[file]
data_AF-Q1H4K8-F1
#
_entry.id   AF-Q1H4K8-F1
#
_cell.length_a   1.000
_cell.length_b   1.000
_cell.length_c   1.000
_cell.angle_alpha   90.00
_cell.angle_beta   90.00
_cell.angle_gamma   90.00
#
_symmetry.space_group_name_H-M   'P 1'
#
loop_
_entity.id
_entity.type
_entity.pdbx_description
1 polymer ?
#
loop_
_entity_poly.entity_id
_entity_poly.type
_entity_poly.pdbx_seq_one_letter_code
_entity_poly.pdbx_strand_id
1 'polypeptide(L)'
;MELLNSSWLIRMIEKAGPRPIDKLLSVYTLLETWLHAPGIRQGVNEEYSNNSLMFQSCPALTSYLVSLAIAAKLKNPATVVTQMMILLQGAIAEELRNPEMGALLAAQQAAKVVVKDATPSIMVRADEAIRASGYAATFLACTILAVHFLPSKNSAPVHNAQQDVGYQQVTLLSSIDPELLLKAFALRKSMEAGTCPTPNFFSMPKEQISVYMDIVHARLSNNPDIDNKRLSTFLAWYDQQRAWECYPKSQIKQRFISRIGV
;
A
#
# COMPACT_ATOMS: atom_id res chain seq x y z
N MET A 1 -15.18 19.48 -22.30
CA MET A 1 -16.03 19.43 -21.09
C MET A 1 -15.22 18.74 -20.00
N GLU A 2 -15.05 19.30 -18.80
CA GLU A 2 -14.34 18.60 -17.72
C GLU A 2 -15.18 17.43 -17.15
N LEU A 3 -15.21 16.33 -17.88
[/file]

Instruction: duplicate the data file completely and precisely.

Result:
data_AF-Q1H4K8-F1
#
_entry.id   AF-Q1H4K8-F1
#
_cell.length_a   1.000
_cell.length_b   1.000
_cell.length_c   1.000
_cell.angle_alpha   90.00
_cell.angle_beta   90.00
_cell.angle_gamma   90.00
#
_symmetry.space_group_name_H-M   'P 1'
#
loop_
_entity.id
_entity.type
_entity.pdbx_description
1 polymer ?
#
loop_
_entity_poly.entity_id
_entity_poly.type
_entity_poly.pdbx_seq_one_letter_code
_entity_poly.pdbx_strand_id
1 'polypeptide(L)'
;MELLNSSWLIRMIEKAGPRPIDKLLSVYTLLETWLHAPGIRQGVNEEYSNNSLMFQSCPALTSYLVSLAIAAKLKNPATVVTQMMILLQGAIAEELRNPEMGALLAAQQAAKVVVKDATPSIMVRADEAIRASGYAATFLACTILAVHFLPSKNSAPVHNAQQDVGYQQVTLLSSIDPELLLKAFALRKSMEAGTCPTPNFFSMPKEQISVYMDIVHARLSNNPDIDNKRLSTFLAWYDQQRAWECYPKSQIKQRFISRIGV
;
A
#
# COMPACT_ATOMS: atom_id res chain seq x y z
N MET A 1 -15.18 19.48 -22.30
CA MET A 1 -16.03 19.43 -21.09
C MET A 1 -15.22 18.74 -20.00
N GLU A 2 -15.05 19.30 -18.80
CA GLU A 2 -14.34 18.60 -17.72
C GLU A 2 -15.18 17.43 -17.15
N LEU A 3 -15.21 16.33 -17.88